September is always a difficult month for me. When I was in university, I never had any money until the financial aid check came at the end of the month. Working for the school system isn’t any better; they send checks on the very last day of the month. But of course, the kids’ school needs money for field trips and photos and school supplies–this year alone they are asking for nearly $500 this month.
There are six birthdays of friends and family that I can’t afford to buy gifts for and both of my kids’ birthdays are barely more than a month away. Add in the bittersweet anniversaries of both the day I struck out on my own with the kids and the day the divorce was final (a year later) and you’ve got a month that adds up to not a whole heckuva lot of fun.
Last year, we managed to enjoy our Trio Anniversary (being in Thailand for most of the month on our way back from Vietnam), but this year the anniversary struck me particularly hard. I tried to fake my way through it, pretend I was happy, but in reality when I say “It’s our eleventh anniversary as a trio!” what I’m really thinking is “Eleven years of being unloved.” Melodramatic? Silly? Sure is.
I know I’m loved by family and even a few good friends who are there for me whenever I need a little boost (or even a lot as I’ve found out in the past week) and so I have to wonder at myself. Why is it important now? Why do I care? I am decidedly against getting re-married simply because the first go-round didn’t really do a lot of good for me.
Being single has been amazingly good for me. I earned a bachelor’s degree; I have been to eight other countries; I’ve read a ton of books; I’ve met fabulous new friends; I started writing a book. I learned to stand up for myself and accept the responsibility that comes with makes decisions for myself and for my kids. So why does it nag at me? Eleven years. Eleven years without someone to love you.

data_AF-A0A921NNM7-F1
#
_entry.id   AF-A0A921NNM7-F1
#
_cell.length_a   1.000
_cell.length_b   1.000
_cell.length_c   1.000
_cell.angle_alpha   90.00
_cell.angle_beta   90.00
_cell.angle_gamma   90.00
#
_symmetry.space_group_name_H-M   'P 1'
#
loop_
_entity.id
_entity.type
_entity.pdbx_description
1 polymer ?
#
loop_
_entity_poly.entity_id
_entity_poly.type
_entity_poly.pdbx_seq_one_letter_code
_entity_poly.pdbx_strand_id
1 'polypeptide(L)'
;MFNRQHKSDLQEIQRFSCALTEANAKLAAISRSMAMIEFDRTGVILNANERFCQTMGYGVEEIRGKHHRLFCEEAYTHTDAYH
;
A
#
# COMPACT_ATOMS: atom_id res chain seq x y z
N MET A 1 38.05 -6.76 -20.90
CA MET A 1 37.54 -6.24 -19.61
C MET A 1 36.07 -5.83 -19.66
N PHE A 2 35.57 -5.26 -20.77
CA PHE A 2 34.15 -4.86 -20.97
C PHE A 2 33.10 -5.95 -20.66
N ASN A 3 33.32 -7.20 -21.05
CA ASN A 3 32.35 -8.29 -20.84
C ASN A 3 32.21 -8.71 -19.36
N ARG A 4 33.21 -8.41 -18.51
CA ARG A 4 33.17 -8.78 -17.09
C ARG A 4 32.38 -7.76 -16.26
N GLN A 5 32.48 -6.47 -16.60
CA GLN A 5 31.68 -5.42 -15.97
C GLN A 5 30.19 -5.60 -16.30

Part of me is wallowing in that particular sadness this September, amplified by the aging of my son. In five weeks, he’ll be 18 years old. A full-grown adult capable of embarking on any life he wants. And I’ll be here with my daughter, but when she’s gone… I think that’s what frightens me, yet excites me. I will be on my own. Finally. And while I am eager to not have to do anyone else’s laundry or argue about homework or pick up behind kids capable of doing so themselves, I know full well that I will miss their company.
So as I sat yesterday, in the swollen eyelid aftermath of a sobfest, I realized something I’ve realized many times before: This, too, shall pass. The month is nearly over. I’ll have my first paycheck in THREE months next weekend. Things will shift and all will seem right in the world again before too long. I have a new job. I’m writing again. I have some wonderful friends. And most of all, I have things to do still–trips to dream about, a book to finish, children to care for. friends to treasure.
But even so, I wish we could just skip September every year.